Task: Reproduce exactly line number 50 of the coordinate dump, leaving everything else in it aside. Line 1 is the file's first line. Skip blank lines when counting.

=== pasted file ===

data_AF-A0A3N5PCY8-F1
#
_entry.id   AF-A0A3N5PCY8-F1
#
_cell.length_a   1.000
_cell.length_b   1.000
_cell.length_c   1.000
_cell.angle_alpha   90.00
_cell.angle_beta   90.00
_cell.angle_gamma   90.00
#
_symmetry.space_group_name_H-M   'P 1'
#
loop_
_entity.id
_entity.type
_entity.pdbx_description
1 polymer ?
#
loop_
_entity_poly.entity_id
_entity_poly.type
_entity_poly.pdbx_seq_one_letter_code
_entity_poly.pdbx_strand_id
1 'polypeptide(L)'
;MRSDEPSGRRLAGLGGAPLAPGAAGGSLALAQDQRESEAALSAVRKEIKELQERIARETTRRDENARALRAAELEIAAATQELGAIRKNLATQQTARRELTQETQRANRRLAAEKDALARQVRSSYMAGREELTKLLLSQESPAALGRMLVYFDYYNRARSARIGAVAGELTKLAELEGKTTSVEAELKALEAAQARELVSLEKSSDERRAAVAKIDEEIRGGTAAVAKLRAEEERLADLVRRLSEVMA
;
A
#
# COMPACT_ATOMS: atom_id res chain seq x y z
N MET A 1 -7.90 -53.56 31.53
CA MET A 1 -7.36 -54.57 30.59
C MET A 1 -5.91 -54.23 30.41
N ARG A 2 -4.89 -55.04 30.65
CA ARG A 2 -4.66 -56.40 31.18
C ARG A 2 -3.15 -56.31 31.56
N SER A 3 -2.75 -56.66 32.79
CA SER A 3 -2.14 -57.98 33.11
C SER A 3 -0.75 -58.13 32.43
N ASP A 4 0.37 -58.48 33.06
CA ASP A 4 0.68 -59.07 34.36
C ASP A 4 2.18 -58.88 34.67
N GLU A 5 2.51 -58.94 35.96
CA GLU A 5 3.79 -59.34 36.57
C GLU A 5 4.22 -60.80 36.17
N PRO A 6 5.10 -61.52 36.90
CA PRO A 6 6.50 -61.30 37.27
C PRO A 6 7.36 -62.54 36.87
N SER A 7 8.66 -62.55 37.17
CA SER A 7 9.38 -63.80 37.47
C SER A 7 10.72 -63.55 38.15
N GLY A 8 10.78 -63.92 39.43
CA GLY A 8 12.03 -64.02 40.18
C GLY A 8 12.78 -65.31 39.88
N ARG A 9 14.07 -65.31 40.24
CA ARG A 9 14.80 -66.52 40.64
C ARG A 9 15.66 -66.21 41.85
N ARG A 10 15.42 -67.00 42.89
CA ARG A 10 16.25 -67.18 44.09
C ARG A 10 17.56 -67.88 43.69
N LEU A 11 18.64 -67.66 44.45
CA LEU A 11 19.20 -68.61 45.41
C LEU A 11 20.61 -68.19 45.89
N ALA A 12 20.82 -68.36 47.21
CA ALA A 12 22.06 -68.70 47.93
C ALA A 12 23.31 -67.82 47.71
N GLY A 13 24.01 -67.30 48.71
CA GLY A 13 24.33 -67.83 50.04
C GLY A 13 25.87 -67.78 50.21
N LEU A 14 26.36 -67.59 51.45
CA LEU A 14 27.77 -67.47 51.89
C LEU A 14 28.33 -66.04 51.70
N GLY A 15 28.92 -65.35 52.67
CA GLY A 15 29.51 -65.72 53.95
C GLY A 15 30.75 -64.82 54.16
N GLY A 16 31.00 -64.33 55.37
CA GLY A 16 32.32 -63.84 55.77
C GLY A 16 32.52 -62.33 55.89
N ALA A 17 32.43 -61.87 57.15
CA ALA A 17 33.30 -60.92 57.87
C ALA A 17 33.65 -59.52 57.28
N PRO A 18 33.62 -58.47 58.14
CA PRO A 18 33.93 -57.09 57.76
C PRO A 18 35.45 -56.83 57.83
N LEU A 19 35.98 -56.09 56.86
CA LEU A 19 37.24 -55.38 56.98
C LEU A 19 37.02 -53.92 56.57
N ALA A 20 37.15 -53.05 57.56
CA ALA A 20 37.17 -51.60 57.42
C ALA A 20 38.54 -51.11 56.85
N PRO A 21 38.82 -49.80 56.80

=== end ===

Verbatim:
CA SER A 7 9.38 -63.80 37.47